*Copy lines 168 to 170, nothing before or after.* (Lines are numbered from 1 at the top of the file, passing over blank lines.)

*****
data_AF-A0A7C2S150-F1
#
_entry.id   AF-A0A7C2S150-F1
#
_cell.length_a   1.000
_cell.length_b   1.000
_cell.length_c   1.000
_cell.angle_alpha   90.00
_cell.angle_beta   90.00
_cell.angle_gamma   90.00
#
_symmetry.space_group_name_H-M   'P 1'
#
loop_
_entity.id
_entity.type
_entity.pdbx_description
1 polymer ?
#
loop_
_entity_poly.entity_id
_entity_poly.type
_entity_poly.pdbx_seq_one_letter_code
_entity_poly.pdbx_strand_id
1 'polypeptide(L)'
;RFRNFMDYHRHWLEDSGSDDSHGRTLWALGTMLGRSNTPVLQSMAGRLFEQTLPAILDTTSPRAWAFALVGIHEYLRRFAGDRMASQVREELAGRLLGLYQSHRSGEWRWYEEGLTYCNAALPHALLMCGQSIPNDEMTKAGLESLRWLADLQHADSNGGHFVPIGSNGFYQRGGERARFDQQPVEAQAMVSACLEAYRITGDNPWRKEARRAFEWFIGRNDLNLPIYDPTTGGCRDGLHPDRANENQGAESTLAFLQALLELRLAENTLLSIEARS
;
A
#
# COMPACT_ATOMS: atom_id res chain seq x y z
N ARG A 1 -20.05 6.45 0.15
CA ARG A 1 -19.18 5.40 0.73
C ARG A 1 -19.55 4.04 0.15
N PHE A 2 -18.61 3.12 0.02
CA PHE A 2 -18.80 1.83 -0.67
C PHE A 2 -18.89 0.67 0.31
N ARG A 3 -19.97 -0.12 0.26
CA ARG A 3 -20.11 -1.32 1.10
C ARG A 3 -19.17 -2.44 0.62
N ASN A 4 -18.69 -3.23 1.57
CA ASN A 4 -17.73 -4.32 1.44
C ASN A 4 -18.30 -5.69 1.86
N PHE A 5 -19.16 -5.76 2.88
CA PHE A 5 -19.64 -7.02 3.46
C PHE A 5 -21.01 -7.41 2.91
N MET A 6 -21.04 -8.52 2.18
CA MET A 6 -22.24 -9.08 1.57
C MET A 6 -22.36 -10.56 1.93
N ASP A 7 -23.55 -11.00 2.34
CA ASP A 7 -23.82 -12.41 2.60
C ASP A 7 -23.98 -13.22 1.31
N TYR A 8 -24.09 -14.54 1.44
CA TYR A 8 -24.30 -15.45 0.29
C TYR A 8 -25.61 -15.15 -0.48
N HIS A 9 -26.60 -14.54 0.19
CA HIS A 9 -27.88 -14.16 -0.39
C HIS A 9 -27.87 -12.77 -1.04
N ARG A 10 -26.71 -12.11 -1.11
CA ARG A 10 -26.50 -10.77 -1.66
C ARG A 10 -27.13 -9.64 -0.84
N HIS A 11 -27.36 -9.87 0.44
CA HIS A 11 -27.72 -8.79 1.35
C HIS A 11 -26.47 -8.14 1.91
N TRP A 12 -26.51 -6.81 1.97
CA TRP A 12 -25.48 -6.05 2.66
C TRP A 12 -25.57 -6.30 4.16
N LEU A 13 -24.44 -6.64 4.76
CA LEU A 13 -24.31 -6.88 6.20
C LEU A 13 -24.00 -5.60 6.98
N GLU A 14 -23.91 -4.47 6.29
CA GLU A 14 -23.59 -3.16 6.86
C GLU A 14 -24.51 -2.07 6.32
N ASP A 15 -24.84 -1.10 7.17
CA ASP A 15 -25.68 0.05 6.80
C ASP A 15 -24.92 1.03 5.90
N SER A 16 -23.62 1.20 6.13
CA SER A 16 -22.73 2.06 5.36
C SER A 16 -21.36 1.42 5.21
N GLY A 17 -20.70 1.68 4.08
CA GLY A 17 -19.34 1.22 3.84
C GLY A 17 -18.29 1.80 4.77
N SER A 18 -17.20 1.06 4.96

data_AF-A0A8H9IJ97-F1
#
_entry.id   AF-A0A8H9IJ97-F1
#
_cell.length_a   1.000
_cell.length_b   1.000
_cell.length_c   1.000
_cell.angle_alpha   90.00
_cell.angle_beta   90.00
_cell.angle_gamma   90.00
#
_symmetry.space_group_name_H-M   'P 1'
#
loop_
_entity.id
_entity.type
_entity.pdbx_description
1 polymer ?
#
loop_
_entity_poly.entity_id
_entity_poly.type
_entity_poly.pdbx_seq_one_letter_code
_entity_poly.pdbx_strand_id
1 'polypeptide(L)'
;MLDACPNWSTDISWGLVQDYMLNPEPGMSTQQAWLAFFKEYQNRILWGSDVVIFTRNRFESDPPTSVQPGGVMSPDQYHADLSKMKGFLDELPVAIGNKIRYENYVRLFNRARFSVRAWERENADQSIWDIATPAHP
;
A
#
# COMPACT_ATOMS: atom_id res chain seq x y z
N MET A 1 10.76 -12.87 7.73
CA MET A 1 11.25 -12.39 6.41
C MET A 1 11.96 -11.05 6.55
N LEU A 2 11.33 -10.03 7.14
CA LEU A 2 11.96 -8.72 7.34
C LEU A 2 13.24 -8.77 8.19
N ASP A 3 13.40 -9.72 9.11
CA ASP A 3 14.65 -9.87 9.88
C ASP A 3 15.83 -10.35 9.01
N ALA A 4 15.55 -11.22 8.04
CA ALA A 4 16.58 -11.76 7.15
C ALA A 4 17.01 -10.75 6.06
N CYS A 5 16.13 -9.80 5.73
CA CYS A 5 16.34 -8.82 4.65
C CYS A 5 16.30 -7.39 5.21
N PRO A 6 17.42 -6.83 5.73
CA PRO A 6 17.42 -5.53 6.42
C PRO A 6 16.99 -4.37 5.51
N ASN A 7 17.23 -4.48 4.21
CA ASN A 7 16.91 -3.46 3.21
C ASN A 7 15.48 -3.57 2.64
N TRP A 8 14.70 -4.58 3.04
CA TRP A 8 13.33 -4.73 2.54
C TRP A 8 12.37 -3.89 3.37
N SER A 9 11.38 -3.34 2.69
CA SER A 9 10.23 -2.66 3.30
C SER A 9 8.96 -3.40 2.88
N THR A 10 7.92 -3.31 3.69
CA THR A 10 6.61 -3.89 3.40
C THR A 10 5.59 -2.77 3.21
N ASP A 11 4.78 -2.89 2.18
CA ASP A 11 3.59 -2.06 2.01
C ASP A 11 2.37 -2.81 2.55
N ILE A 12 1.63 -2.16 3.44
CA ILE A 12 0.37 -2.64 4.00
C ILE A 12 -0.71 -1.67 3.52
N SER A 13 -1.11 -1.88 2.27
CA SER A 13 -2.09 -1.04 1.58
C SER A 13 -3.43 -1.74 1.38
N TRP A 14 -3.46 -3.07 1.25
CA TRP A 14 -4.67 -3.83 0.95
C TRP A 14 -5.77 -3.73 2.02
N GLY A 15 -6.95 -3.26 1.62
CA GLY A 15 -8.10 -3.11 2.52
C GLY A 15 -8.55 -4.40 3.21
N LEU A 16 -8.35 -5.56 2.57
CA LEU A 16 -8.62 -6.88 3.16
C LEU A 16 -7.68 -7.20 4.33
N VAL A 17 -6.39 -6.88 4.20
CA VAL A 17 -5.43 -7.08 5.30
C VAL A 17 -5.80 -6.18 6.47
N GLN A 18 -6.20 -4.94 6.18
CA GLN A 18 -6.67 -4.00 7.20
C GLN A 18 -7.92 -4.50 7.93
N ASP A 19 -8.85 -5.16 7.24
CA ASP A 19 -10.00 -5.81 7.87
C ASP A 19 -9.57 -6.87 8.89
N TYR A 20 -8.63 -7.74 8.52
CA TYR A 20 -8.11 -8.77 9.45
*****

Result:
CA ASP A 19 -10.00 -5.81 7.87
C ASP A 19 -9.57 -6.87 8.89
N TYR A 20 -8.63 -7.74 8.52